Dr Emily Burton, Associate Professor in Sustainable Food Production at NTU, says: “The poultry sector has much to be proud of in terms of low carbon meat production, but REACT-FIRST could catapult the sector into a completely new league. As well as providing access to a sustainable protein source, the project will help create stability for the animal production sector because feed represents about half of the total production costs for meat poultry.”
Along with providing the REACT-FIRST project with market-focused guidance throughout the lifecycle of the project, Sainsbury’s is assisting with stakeholder mapping and engagement in order to ensure maximum potential market acceptance, penetration and end-to-end value.
Sainsbury’s recently pledged to become Net Zero across its own operations by 2040, and REACT-FIRST’s focus aligns with these wider values, as Judith Batchelar, Director of Sainsbury’s Brand explains: “Our customers care about where our products come from and they put their trust in us to do the right thing on their behalf. We’re proud to work closely with farmers, growers and suppliers in the UK and around the world to build resilient, sustainable and fairly-traded supply chains that will help more people live better today, tomorrow and in the future.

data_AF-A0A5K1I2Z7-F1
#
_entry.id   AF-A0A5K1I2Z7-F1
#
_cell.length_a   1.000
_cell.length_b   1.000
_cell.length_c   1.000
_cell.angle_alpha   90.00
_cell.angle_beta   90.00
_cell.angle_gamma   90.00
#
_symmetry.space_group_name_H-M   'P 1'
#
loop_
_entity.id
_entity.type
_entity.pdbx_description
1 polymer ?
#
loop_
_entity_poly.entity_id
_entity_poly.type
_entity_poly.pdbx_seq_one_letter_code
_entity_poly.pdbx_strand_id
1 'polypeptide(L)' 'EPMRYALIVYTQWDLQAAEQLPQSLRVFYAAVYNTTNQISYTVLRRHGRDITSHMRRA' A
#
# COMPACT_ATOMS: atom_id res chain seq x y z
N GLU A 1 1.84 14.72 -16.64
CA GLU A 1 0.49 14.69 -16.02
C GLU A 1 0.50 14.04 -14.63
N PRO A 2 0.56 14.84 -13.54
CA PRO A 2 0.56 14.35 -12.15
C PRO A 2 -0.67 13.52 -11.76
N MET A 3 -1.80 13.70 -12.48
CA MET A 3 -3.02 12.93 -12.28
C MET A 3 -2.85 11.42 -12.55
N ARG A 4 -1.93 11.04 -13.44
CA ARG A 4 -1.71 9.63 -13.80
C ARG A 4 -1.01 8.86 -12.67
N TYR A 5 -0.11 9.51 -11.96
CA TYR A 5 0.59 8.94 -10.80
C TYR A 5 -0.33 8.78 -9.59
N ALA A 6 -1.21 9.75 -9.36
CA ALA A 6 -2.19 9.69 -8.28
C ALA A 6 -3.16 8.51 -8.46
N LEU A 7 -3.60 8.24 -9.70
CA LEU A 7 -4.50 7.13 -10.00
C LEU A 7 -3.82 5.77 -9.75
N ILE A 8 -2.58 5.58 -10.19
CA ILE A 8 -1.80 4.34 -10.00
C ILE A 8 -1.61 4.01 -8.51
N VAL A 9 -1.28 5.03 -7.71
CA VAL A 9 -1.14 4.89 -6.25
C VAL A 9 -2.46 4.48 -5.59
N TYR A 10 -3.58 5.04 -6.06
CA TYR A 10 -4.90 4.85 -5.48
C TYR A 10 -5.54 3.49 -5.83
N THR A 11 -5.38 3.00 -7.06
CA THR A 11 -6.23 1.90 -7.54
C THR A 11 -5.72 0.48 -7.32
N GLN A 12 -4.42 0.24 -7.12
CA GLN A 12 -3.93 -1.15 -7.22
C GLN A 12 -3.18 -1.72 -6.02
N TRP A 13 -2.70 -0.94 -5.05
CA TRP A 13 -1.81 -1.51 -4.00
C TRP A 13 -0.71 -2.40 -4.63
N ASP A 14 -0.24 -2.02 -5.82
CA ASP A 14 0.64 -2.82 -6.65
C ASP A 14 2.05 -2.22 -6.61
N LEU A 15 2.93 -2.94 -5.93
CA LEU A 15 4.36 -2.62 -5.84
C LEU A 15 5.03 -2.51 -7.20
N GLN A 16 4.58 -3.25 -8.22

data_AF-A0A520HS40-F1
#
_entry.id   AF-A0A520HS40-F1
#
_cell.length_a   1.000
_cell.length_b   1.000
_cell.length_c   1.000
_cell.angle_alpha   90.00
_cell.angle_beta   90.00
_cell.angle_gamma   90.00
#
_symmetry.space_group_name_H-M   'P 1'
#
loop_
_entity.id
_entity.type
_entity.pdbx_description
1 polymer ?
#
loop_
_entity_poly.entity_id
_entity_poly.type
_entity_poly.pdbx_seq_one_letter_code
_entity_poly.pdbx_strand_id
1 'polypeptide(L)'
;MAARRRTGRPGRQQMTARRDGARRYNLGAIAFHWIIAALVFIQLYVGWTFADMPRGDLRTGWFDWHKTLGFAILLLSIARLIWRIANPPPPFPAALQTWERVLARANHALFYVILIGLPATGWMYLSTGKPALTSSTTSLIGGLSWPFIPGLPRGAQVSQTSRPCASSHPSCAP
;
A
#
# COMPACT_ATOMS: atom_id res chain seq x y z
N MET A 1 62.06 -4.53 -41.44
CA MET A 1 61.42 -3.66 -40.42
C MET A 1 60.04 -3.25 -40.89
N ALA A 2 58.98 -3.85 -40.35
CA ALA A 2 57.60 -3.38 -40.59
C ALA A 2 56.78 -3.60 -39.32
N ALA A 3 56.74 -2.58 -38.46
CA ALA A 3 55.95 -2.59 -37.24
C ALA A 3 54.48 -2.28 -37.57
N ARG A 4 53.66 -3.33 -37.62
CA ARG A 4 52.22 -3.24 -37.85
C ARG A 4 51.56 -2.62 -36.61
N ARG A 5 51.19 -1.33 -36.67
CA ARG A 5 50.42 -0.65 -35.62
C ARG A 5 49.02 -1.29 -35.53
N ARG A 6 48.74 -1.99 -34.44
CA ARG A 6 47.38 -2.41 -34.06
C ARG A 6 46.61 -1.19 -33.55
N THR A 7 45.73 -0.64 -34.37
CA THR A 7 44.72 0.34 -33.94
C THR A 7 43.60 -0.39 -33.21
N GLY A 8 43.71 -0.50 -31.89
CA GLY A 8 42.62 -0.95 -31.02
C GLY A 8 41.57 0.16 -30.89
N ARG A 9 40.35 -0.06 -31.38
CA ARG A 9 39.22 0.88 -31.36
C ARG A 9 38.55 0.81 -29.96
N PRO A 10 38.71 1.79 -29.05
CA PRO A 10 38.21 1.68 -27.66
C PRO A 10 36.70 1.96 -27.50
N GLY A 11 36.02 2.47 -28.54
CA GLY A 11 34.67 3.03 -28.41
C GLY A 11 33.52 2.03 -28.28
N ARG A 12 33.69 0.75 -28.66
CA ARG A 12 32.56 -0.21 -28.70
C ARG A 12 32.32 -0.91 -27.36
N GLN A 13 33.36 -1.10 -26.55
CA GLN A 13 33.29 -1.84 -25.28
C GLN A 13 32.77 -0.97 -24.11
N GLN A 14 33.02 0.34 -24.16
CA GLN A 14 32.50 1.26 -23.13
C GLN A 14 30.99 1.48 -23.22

“Being part of the REACT-FIRST consortium is an outstanding opportunity to produce feeds for our farmed fish and chicken, with 65-75 percent smaller carbon footprints than existing feeds, no requirements for arable land, minimal water usage, and so we build more resilience into our supply chains for animal feed. REACT-FIRST should help the aquaculture and poultry feed industries move towards self-sufficiency from a dietary protein perspective, and reduce the instability of animal feed prices experienced by farmers.”